In business, in life, in politics and relationships of all types, the real problem is usually the RESPONSE to the perceived problem—and oftentimes, it’s the LACK of response to the problem.
Think of the Watergate break-in. That was a problem for the Nixon re-election campaign. But the bigger problem was how they handled the problem. Bill Clinton’s affairs were a problem, for sure. But lying about them in a federal court case got him impeached—and almost convicted.
We are all faced with problems every day. And it’s our attitude and our response to these problems that determine our success or failure.
We all want to get more done—or at least cause more things to happen. And our To-Do lists and appointment books seem to fill up pretty fast. Some things you plan to do, some things feel thrust upon you, and other things you feel obligated to do—or at least take responsibility for getting them done.
When you think of something to do, or a request is made for you to accomplish something, it’s best to take one of several actions rather than just not deal with it. Procrastination should never be an option.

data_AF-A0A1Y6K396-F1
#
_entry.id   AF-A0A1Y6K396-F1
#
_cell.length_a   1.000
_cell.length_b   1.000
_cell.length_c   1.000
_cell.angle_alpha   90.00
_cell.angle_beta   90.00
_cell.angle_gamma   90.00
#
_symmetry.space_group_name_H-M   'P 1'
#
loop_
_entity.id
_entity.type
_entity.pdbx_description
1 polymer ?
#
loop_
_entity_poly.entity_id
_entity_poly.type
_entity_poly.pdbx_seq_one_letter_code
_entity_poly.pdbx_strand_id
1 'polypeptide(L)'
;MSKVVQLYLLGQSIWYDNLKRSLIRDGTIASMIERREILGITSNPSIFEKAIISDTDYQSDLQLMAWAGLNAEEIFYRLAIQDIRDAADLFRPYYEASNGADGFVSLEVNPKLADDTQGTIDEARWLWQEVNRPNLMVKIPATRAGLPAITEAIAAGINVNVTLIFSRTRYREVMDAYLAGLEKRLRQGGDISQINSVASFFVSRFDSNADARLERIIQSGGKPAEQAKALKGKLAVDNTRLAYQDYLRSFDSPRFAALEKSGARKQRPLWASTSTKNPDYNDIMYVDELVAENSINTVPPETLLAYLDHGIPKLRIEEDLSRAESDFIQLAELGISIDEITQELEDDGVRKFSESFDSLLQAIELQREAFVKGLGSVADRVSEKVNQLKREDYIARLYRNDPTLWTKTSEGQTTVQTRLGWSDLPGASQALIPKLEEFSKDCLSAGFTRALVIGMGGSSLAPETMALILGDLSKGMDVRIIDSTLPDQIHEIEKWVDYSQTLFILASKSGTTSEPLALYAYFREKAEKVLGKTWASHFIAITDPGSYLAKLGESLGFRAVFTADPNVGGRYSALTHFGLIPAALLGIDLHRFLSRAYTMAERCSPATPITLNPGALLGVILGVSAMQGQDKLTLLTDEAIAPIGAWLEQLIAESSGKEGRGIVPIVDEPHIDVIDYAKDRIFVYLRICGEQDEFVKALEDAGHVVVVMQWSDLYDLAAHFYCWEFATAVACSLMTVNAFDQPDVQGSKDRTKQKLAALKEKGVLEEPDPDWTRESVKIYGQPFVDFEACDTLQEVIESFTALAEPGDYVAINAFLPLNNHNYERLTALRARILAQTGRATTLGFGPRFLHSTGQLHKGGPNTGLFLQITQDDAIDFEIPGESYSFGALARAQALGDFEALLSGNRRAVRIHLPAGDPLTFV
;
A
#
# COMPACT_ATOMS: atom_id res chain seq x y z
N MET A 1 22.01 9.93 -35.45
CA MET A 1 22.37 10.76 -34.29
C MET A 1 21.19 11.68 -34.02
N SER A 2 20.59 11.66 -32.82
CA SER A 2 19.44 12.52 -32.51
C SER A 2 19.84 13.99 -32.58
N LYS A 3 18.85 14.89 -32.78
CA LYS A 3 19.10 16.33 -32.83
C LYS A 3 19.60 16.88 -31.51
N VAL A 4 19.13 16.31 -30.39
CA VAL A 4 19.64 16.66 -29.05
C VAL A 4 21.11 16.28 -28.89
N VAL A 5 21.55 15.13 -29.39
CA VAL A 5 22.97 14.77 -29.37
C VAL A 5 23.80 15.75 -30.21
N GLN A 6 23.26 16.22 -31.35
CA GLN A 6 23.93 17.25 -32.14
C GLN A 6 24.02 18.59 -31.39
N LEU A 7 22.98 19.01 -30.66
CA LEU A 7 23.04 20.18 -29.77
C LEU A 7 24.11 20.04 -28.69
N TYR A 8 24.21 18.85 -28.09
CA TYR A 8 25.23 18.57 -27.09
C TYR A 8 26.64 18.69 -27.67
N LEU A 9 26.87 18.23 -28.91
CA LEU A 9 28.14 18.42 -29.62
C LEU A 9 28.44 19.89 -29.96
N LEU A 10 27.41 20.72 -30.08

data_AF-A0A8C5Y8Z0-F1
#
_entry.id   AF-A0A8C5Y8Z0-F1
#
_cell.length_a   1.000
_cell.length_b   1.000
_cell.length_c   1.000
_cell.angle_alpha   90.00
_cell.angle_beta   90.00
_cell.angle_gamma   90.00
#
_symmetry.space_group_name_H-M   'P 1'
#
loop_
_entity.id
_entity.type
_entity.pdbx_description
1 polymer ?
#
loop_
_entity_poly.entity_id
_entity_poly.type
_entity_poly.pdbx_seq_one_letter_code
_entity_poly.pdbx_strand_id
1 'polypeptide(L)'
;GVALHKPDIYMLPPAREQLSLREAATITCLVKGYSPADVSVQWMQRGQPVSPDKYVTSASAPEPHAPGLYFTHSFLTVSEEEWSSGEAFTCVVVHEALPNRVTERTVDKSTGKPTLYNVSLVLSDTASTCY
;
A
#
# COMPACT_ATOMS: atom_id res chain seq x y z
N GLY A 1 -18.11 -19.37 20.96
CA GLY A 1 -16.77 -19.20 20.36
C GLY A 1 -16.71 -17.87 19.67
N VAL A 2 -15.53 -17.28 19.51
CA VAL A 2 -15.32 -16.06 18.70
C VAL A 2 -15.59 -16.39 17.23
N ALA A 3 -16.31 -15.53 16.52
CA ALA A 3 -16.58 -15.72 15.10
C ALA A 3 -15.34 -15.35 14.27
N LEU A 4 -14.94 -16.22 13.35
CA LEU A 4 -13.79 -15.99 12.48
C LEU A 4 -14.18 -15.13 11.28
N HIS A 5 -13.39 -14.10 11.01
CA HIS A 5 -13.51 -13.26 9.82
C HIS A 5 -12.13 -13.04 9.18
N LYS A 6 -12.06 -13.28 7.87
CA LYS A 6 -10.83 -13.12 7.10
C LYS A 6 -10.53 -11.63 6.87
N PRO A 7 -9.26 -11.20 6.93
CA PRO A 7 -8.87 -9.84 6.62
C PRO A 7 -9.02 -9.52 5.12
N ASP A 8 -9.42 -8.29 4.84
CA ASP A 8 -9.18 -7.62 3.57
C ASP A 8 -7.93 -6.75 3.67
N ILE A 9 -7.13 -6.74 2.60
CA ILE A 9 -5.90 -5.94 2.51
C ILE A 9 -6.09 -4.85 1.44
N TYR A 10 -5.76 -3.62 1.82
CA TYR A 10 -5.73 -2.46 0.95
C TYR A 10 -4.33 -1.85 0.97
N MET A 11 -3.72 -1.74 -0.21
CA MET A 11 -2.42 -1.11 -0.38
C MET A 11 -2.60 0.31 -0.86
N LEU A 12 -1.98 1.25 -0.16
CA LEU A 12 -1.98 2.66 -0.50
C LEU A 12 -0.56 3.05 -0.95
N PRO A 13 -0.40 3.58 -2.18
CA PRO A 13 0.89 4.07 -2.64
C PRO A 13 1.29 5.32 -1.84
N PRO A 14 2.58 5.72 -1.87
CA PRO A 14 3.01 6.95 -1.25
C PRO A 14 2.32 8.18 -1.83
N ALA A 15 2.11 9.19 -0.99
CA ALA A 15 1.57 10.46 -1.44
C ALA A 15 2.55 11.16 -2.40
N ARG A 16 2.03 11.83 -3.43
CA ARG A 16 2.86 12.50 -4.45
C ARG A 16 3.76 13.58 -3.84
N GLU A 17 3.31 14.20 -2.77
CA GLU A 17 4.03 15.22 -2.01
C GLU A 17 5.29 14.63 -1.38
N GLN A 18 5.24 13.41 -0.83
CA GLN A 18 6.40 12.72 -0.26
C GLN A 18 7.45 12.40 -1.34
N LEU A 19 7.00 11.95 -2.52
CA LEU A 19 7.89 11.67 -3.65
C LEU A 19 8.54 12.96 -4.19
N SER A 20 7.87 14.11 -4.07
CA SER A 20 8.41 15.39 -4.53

Do It Now!
If it’s a short task—less than 2 minutes—it’s best to just do it and get it done. It’s usually not worth the time to take one of the next three options.
A friend of mine put his house on the market last month. He and his wife are planning to move to Georgia to be near their grandchildren.
I asked if he had had many prospective buyers look at his house and he said it had been pretty slow—only a handful of showings. He then said, “But we haven’t even found a house in Atlanta yet, so we’re in no rush.”
I responded by saying, “Good for you. That’s a good place to be. Low need, high power.”
“That’s for sure,” he said. “Just hadn’t heard it put quite that way before.”
But that’s exactly how it is.
If you have to sell something—and especially if you need to sell it quickly—you sacrifice your power to some degree. You're operating in high need, low power. Likewise, if you have to buy something, a particular thing, and/or need to buy it right away, your bargaining power is also compromised.
So it’s always best to position yourself as much as possible to be in low need. You can always take or leave an offer.
But how do you do that?